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Re: RFC: Timing Events

From: Josh Berkus <josh(at)agliodbs(dot)com>
To: pgsql-hackers(at)postgresql(dot)org
Subject: Re: RFC: Timing Events
Date: 2012-11-03 01:44:25
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Lists: pgsql-hackers
> I don't see all that going into core without a much bigger push than I
> think people will buy.  What people really want for all these is a
> proper trending system, and that means graphs and dashboards and
> bling--not a history table.

Well, I'm particularly thinking for autoconfiguration.  For example, to
set vacuum_freeze_min_age properly, you have to know the XID "burn rate"
of the server, which is only available via history.  I really don't want
to be depending on a graphical monitoring utility to find these things out.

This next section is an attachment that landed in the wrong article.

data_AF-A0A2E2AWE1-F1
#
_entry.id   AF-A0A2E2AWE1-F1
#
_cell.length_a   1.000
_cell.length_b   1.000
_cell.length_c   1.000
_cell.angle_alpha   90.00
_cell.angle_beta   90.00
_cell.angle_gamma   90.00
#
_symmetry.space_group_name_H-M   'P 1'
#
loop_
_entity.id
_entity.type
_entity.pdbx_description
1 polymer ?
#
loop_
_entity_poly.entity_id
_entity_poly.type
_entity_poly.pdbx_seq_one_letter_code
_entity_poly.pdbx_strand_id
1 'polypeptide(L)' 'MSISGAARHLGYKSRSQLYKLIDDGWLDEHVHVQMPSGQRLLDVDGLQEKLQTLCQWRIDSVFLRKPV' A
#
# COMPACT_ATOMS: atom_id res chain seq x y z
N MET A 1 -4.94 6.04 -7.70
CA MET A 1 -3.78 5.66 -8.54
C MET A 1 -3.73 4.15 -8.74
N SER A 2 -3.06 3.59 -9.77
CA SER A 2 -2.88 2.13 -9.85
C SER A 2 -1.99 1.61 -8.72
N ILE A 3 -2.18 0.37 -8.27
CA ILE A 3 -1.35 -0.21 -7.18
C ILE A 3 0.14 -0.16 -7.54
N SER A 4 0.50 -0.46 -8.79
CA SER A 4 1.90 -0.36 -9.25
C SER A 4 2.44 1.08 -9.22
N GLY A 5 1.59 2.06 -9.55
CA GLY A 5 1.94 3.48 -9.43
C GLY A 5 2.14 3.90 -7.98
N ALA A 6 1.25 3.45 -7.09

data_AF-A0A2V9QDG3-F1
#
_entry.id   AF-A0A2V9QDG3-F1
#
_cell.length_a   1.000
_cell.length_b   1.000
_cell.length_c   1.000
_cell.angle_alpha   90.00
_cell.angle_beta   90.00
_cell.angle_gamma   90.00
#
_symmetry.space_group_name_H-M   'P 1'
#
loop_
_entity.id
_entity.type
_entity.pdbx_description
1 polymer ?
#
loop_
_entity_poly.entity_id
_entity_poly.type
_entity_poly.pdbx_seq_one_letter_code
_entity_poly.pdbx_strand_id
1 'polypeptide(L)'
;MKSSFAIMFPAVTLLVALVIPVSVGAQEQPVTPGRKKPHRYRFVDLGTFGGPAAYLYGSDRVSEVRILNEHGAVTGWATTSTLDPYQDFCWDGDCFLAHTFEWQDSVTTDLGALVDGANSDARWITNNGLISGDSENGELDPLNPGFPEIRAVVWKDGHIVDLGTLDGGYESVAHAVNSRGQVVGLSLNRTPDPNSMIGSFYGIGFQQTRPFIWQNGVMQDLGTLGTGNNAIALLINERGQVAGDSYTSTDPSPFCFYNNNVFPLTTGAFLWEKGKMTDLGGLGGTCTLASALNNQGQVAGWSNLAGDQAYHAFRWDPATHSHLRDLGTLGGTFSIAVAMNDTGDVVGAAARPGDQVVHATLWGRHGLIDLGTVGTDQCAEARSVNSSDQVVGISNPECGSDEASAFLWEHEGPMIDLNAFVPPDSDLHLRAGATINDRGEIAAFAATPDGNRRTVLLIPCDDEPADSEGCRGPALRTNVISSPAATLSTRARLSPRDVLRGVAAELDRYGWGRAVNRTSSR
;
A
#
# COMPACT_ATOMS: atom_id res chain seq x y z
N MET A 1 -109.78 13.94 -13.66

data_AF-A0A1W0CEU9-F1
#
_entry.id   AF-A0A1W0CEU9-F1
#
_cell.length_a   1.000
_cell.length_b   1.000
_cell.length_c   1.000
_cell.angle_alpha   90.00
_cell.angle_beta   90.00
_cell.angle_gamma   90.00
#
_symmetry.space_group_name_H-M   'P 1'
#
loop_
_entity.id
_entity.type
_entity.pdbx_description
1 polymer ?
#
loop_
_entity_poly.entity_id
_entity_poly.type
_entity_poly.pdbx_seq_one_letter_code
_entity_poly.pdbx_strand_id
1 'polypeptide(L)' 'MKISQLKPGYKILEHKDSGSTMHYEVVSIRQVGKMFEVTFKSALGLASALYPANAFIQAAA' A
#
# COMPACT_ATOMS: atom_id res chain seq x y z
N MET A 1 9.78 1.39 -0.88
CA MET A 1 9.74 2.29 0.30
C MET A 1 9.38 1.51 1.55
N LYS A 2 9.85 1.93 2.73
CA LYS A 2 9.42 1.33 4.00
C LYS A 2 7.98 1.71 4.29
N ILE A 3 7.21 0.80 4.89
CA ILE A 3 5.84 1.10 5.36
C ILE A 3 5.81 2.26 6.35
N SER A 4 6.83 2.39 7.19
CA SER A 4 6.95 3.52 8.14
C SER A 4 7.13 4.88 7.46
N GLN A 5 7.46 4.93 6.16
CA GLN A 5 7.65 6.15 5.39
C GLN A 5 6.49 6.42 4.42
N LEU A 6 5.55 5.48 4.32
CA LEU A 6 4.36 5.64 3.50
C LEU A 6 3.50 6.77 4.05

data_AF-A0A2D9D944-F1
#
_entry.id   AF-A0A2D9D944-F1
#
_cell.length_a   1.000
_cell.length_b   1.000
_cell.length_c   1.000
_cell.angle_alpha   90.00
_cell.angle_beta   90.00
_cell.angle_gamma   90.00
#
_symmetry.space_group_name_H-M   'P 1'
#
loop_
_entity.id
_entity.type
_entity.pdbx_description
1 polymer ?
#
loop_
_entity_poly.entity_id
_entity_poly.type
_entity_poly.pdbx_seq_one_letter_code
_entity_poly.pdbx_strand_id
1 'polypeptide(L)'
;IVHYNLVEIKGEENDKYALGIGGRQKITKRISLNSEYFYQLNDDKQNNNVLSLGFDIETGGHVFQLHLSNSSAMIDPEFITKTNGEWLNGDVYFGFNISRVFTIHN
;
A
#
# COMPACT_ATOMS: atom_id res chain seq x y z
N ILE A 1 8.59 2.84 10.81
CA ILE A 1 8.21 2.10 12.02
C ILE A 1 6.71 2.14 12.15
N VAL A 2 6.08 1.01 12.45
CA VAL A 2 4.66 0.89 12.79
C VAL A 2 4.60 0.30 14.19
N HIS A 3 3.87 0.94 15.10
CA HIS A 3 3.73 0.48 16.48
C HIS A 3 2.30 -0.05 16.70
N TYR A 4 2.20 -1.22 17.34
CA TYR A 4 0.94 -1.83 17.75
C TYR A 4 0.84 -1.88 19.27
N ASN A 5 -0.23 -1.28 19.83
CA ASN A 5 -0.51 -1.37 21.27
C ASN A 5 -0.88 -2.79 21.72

> This whole approach has the assumption that things are going to fall off
> sometimes.  To expand on that theme for a second, right now I'm more
> worried about the "99%" class of problems.  Neither pg_stat_statements
> nor this idea are very good for tracking the rare rogue problem down.
> They're both aimed to make things that happen a lot more statistically
> likely to be seen, by giving an easier UI to glare at them frequently.
> That's not ideal, but I suspect really fleshing the whole queue consumer
> -> table idea needs to happen to do much better.

I'm just concerned that for some types of incidents, it would be much
more than 1% *of what you want to look at* which fall off.  For example,
consider a server which does 95% reads at a very high rate, but has 2%
of its writes cronically having lock waits.  That's something you want
to solve, but it seems fairly probably that these relatively infrequent
queries would have fallen off the bottom of pg_stat_statements.  Same
thing with the relative handful of queries which do large on-disk sorts.

The problem I'm worried about is that pg_stat_statements is designed to
keep the most frequent queries, but sometimes the thing you really need
to look at is not in the list of most frequent queries.

Josh Berkus
PostgreSQL Experts Inc.

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